Even Heros Have The Right to Bleed

17 Sep

So it was just another day in the life of A Ditk when one of my friends mentioned there was a blood drive going on that day at the student center. I love many things in life–sushi, Gossip Girl, sneakers–but I absolutely ADORE giving blood. Don’t ask me why, because everyone does, and I change my answer every time, but for now, let’s just say I love the feeling I get afterwards knowing that I saved up to three lives for donating blood just once!

Obviously I’m not just writing about giving blood once, though, because if it’s considered to be “blog worthy”, which this story definitely is, then it more than likely goes above and beyond a normal day occurrence–which this definitely does.

Anyways, I met 3 of my friends at the blood drive, and we all read some required information, as well as gave some information and of course proper identification. We sat down and waited until it was each of our turns to give the gift of life–via blood. I received a red sticker as I am a frequent donor, and 2 of my friends received green stickers, as it was their first time doing so. My 3rd friend couldn’t give blood because she had just gotten a tattoo within the year, but that’s alright, she came along for the support, so she’s still good in my book! Wow, that was a totally lame statement on my behalf, she’s a lot cooler than what I just said–no worries.

So the 4 of us sat there, waiting to get poked with a needle, basically, when I noticed that one of my friends was shaking. This confused me, just a little bit, because her father is a doctor, so I figured this would be a walk in the park for her, but I was wrong…per usual. She couldn’t come to terms with the fact that she was going to have a needle put into her arm for a few minutes, in a few minutes, and she looked like someone had just killed her pet kitten. The rest of us continuously cracked jokes about the situation, and her shaking, until my name was called. I made my way over to the nurse station to answer some quick questions, get my name and identity verified, iron level and blood pressure taken, and make sure I haven’t visited Africa in the past year–which I haven’t. Finally I was done, and sat in yet another waiting area with great anticipation, until I noticed a crowd of nurses around one particular donor. The kid looked like he was an extra in one of the Casper: The Friendly Ghost movies, and there was a nurse fanning him, while another cracked open an ice pack to put on his face. Apparently his blood pressure had dropped, and he was feeling, and looking, very faint. Then they pulled out the barf bags–it was like Christmas morning in a blogger’s world. One of the male workers came over with an upright stretcher, and carried the kid over to a bed behind a screen to rest. As the kid was getting up, I saw his shirt said Seniors 2009, meaning he was now a Freshman…yet another reason why Freshman make for the best creatures to observe. And while I was a Freshman just last year, I never got sick from giving blood, and I donated like 4 times last semester, so…TAKE THAT, current Freshmen.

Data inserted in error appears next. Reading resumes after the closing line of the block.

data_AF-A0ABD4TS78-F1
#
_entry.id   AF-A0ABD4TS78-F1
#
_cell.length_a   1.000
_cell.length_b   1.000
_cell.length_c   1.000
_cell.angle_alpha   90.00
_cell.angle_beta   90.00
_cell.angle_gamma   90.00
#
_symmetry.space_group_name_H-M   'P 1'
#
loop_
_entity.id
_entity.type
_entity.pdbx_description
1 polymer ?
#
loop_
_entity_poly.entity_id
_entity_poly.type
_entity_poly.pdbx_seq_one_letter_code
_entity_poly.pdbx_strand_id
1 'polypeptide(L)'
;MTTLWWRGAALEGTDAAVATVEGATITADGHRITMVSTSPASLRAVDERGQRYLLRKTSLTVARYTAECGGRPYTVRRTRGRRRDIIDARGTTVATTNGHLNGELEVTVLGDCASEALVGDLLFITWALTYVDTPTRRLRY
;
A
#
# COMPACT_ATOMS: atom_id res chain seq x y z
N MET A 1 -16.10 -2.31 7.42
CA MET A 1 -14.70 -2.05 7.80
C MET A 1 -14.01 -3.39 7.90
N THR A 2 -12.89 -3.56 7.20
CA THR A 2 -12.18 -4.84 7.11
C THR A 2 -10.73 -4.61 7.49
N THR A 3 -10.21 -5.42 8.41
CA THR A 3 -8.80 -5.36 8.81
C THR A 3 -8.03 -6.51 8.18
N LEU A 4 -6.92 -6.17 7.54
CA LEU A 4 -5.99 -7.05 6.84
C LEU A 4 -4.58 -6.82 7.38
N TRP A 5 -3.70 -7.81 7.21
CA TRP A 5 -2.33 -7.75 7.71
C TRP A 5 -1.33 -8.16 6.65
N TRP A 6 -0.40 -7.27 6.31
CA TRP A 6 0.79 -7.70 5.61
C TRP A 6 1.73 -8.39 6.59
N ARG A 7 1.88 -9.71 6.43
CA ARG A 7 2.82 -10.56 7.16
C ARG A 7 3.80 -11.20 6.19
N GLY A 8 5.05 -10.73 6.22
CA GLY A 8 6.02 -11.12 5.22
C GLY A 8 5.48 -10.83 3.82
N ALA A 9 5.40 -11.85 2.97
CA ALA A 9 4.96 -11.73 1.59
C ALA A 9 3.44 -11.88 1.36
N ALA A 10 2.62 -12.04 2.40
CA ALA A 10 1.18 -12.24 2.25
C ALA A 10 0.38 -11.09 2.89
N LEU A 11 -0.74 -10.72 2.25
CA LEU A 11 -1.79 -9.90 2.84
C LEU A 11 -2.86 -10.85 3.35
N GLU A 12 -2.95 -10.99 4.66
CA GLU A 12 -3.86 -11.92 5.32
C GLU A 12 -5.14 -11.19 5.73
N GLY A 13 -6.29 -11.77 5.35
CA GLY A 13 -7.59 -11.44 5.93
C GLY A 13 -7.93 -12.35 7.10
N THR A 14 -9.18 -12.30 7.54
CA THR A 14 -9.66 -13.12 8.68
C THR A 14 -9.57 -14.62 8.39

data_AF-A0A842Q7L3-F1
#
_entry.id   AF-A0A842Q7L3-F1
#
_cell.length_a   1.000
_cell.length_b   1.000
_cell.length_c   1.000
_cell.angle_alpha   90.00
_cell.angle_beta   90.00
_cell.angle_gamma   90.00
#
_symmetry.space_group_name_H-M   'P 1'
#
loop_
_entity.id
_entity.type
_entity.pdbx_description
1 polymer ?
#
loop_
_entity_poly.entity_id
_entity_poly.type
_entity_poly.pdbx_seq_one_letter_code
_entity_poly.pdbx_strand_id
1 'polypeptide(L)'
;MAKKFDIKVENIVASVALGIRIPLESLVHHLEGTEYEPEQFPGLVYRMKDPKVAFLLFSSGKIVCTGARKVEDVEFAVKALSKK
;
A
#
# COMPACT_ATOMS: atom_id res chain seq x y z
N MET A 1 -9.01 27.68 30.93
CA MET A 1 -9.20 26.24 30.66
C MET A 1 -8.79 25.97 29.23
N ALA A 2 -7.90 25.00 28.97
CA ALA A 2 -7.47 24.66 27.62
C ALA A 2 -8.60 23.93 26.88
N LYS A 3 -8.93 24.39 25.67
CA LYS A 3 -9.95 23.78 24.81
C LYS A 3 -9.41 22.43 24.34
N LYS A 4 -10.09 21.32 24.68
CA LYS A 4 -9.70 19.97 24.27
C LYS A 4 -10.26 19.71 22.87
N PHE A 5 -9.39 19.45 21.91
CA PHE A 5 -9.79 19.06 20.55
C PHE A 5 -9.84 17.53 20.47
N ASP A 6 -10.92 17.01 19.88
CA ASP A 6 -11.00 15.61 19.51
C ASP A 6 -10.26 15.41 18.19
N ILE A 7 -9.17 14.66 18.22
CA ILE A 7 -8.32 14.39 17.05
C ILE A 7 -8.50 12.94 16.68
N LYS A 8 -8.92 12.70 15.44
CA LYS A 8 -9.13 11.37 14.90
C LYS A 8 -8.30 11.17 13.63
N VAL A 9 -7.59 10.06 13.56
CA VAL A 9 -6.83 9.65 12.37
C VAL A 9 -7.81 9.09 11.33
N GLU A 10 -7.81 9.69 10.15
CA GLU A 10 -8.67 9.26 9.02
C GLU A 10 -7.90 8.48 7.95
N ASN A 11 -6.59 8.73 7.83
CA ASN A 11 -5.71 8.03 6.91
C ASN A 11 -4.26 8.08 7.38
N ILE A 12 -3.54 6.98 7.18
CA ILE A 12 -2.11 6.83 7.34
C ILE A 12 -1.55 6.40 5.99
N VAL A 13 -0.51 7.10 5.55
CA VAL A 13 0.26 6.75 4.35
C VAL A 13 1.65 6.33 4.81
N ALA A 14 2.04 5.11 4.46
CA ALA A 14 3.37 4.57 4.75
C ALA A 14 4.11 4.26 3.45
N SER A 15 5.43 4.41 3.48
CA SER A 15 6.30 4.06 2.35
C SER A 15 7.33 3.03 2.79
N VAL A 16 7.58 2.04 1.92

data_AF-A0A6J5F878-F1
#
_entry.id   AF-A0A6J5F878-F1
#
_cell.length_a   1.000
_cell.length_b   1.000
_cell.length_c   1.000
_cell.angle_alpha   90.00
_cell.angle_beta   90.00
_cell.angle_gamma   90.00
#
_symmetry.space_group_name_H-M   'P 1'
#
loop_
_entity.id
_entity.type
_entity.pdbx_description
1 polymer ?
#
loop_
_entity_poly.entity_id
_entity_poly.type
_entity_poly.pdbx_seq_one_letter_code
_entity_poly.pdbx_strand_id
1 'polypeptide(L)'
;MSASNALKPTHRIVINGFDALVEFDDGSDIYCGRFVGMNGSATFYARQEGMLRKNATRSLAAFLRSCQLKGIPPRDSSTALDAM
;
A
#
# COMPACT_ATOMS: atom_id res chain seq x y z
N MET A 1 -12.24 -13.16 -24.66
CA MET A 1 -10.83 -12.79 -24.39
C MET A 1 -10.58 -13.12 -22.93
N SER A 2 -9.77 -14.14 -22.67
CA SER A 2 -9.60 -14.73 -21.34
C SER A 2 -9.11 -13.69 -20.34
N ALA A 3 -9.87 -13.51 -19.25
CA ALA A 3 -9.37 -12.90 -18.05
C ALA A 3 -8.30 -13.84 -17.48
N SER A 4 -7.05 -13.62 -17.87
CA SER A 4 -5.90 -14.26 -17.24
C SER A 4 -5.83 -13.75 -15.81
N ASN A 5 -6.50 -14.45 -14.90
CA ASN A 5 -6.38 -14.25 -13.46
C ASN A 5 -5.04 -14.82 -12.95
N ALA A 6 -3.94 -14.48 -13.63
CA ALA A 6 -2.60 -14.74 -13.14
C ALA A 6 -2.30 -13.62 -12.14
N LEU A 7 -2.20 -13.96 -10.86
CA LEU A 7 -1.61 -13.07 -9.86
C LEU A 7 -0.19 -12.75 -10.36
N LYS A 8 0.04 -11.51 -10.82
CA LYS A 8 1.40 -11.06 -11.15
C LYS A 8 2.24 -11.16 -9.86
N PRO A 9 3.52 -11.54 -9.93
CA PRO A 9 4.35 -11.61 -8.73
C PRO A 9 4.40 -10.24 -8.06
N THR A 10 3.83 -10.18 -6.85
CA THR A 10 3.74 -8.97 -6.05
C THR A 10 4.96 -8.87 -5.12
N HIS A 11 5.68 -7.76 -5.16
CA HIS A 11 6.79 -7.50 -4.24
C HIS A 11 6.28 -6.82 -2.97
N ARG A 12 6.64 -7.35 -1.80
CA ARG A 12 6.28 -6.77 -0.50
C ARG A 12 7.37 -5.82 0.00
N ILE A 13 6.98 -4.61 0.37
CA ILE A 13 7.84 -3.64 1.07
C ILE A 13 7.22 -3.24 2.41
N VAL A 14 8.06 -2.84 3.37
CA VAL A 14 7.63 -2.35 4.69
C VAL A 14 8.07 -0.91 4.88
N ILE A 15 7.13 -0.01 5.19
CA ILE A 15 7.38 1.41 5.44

Getting back to the main story, my friend and I were watching this while the other 2 were still answering questions with their respective nurses, and we both had the same worry running through our minds–Shakes McGee COULD NOT see what was going on, otherwise she would most likely faint prior to even getting sterilized. We did the best we could, and by that I mean we just sat there and laughed about it, until my other 2 friends, including shakes-McGee, were now waiting with me as well. As soon as you know who sat down, she obviously saw what was going on just a mere 5 feet in front of us, and questioned what was happening. I tried to change the subject, but I failed. Surprisingly, she remained extremely calm, I was so proud of her. It was my turn to give blood, and I handled it like a champ, nothing out of the ordinary. I got onto the bed, they found a vein (that was surprising because of how elusive my veins are) sanitized my arm, marked the injection site, put the needle in and ta daaaa, I was on my way to a full bag of blood and a few saved lives. Both my friends were in their own beds at this point, one of them doing just fine, and the other, Shakes, was lying there with my other friend by her side. I couldn’t help but laugh as I was texting and making phone calls with a needle in my arm, and she was flipping out. My friend and I finished up, but Shakes was still in the bed–white as a ghost. Looks like Casper found a friend. I watched her turn green as I sipped on a complimentary apple juice from the canteen, and asked if she was ok. Obviously I knew she wasn’t, but I like to do my part anyway that I can. A few minutes passed, and she felt well enough to stand and walk over to the canteen. She sat down, and got a can of juice and some Oreos. She then asked the attendant to open her juice can for her–first red flag. Her face suddenly turned pale, yet again, and she exclaimed that she wasn’t feeling well again. One of the nurses came over and said to put her head between her knees–awkward. I’m an awful person, so I laughed as they brought her over to one of the beds to rest. Her face then turned green, it was horrible, but she’s a champ, so she maintained her composure. After a few minutes, she was feeling and looking well enough to stand up and move around again, so we decided it was time to go home. I was cleaning up the table, and throwing out garbage we had left behind at the canteen, when she told me “wait, I want my Oreos”–it was then that I knew she was back to normal again.

Even the most normal situations become the most odd situations with me–oh, life.

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